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3 shares making money in China – how are Tesla, Burberry and Rio Tinto coping?

Tesla, Burberry and Rio Tinto have made a lot of their money in China, but how are they coping with disruptions and the weaker economic outlook? Here’s a closer look.

Important notes

This article isn’t personal advice. If you’re not sure whether an investment is right for you please seek advice. If you choose to invest the value of your investment will rise and fall, so you could get back less than you put in.

While most of the western world seems to have accepted coronavirus as something we’ll need to learn to live with, other regions haven’t quite taken the same stance.

China’s been implementing a strict zero-tolerance policy, which has had rippling effects across the global economy. Restrictions in key hubs like Shanghai contributed to the Chinese economy shrinking 2.6% in the most recent quarter. That’s put doubt over the country’s ability to hit its 5.5% annual growth target.

Given the sheer size of the world’s second largest economy, slower growth and ongoing restrictions impact businesses far beyond China alone. Here we’ll look at three shares with significant exposure to China and see how they’re coping with disruptions and a weaker economic outlook.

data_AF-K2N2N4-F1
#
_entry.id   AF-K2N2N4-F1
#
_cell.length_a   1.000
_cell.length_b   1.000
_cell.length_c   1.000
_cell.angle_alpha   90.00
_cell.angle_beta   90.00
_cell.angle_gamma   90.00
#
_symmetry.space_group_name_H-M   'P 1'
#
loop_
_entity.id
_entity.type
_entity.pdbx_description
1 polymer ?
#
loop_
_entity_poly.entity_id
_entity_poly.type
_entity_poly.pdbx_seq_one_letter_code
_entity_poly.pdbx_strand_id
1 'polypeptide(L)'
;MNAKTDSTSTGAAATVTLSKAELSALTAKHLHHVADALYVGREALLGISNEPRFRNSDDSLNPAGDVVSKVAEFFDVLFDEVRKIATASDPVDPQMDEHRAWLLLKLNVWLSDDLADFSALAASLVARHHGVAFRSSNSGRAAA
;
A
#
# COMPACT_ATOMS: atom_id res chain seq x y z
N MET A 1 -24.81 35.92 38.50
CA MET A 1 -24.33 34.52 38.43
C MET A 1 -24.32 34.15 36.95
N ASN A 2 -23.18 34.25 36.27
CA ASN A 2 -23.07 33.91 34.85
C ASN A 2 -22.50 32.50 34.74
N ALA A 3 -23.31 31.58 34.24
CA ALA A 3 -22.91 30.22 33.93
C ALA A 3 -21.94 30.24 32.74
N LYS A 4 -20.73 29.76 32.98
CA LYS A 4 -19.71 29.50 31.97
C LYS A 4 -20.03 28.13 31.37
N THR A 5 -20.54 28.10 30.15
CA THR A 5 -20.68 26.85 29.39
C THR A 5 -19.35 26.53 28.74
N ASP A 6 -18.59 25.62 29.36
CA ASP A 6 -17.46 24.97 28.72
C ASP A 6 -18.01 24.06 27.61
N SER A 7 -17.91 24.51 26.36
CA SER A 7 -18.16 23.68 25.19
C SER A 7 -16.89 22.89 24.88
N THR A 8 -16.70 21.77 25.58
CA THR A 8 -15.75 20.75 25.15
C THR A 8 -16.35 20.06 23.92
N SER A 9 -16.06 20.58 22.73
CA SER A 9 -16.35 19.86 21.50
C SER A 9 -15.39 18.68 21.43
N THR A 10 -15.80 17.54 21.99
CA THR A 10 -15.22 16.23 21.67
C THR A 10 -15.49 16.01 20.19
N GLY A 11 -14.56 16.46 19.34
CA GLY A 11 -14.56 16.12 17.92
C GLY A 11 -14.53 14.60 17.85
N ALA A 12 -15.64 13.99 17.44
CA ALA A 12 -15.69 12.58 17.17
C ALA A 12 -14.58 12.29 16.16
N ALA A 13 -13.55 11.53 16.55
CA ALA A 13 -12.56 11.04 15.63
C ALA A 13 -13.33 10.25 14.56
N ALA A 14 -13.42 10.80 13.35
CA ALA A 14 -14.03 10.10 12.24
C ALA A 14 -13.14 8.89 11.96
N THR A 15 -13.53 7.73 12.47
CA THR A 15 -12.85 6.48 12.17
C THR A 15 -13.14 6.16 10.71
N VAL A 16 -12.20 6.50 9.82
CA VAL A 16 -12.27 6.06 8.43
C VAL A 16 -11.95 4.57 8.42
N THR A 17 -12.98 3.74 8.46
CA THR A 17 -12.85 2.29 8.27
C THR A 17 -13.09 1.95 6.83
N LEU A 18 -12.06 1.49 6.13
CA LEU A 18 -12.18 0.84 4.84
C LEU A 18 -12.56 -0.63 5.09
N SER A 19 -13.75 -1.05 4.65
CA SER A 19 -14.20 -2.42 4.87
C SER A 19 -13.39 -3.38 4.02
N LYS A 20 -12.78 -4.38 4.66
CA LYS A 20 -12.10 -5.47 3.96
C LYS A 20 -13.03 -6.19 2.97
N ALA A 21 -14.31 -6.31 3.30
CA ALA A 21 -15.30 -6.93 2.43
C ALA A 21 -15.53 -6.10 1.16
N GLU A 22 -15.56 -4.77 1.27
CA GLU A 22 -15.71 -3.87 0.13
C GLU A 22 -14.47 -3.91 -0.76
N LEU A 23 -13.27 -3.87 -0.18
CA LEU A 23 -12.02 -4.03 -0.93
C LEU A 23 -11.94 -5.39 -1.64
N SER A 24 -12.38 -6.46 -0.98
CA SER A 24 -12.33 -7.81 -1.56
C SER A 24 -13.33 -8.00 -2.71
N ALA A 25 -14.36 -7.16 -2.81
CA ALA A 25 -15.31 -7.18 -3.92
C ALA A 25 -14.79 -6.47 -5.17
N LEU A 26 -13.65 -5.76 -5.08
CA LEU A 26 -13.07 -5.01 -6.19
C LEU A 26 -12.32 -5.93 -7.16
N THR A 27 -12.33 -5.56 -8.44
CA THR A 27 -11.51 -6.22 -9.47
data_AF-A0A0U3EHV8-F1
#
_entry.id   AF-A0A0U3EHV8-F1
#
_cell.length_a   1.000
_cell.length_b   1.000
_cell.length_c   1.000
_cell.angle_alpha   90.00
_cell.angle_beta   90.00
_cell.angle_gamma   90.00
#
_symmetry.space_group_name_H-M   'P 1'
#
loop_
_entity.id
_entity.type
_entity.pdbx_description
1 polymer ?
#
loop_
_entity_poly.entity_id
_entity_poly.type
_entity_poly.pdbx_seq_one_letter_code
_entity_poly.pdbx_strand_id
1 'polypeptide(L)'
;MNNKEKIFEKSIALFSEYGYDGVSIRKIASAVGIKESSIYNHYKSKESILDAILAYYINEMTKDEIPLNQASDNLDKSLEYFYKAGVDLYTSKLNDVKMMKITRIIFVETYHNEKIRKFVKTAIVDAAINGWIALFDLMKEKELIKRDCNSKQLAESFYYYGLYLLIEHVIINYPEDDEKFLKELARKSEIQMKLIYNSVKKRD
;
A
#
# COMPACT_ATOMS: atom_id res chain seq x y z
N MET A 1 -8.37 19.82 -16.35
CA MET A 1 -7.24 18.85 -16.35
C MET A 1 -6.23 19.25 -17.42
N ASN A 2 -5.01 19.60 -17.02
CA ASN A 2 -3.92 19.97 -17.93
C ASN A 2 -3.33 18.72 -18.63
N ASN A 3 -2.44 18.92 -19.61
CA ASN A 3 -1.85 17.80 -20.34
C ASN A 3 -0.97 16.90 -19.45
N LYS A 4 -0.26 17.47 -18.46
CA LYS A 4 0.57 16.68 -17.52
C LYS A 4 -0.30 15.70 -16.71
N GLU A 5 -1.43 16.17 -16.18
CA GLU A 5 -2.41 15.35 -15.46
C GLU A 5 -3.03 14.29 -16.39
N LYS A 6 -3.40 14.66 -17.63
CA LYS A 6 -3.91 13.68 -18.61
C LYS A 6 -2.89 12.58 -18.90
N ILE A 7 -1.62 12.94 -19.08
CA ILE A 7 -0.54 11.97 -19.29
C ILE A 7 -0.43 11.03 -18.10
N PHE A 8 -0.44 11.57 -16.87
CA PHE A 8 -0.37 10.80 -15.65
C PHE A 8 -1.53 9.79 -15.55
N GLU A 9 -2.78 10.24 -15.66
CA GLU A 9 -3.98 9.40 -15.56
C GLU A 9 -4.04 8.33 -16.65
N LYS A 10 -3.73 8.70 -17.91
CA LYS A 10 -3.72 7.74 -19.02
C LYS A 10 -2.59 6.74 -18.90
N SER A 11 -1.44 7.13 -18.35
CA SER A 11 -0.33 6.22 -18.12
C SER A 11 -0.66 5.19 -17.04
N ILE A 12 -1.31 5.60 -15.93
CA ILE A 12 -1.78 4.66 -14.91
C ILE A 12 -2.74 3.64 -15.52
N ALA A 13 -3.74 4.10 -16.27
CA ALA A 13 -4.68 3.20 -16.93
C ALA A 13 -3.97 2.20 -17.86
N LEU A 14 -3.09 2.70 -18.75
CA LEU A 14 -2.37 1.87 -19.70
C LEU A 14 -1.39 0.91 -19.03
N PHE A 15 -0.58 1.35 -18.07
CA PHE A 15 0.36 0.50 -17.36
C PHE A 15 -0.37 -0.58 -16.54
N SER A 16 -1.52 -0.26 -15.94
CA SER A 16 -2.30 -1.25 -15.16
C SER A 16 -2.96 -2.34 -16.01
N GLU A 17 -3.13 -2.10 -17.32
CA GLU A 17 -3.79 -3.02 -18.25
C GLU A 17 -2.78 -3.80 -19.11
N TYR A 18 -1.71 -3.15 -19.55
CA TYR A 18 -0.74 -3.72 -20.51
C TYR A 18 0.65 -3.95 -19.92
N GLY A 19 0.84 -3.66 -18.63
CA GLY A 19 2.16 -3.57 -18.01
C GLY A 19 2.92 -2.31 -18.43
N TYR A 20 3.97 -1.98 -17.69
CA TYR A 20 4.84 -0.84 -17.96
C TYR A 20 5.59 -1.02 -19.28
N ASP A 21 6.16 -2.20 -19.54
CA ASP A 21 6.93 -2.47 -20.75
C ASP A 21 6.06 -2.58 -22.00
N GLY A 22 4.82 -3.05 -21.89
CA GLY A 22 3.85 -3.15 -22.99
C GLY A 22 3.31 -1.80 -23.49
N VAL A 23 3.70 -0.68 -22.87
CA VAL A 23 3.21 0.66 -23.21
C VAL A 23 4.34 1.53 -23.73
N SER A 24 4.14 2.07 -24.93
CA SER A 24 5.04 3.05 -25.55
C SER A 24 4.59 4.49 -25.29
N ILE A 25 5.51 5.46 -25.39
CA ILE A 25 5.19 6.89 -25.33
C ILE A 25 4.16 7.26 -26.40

This article isn’t personal advice. If you’re unsure if an investment is right for you, seek advice. All investments can go down as well as up in value, and you could get back less than you invest.

Investing in individual companies isn’t right for everyone – it’s higher risk as your investment is dependent on the fate of that company. If a company fails, you risk losing your whole investment. You should make sure you understand the companies you’re investing in, their specific risks, and make sure any shares you own are held as part of a diversified portfolio.

Rio Tinto

Over 60% of Rio Tinto's revenue came from iron ore last year, and China’s the world’s largest consumer. Both factors considered, it’s hardly surprising China makes up for 57% of total revenue.

Source: Rio Tinto Annual Results 2021 , 23/02/22.

That makes Rio especially exposed to the Chinese economy, which hasn’t been the best place to be in recent months. A weakening economic outlook means markets are worried about future demand for iron ore. Given its main use is in making steel, when times get tough, building a new skyscraper’s hardly top of construction spending lists.

Despite the potential for easing demand, one of Rio’s main attractions remains very much intact. Its flagship Pilbara iron ore mine produces at incredibly low costs, expected in the range of $19.5-$21.0 per tonne this year. Compare that to current iron ore prices, at around $101 per tonne, and that leaves room for healthy profits.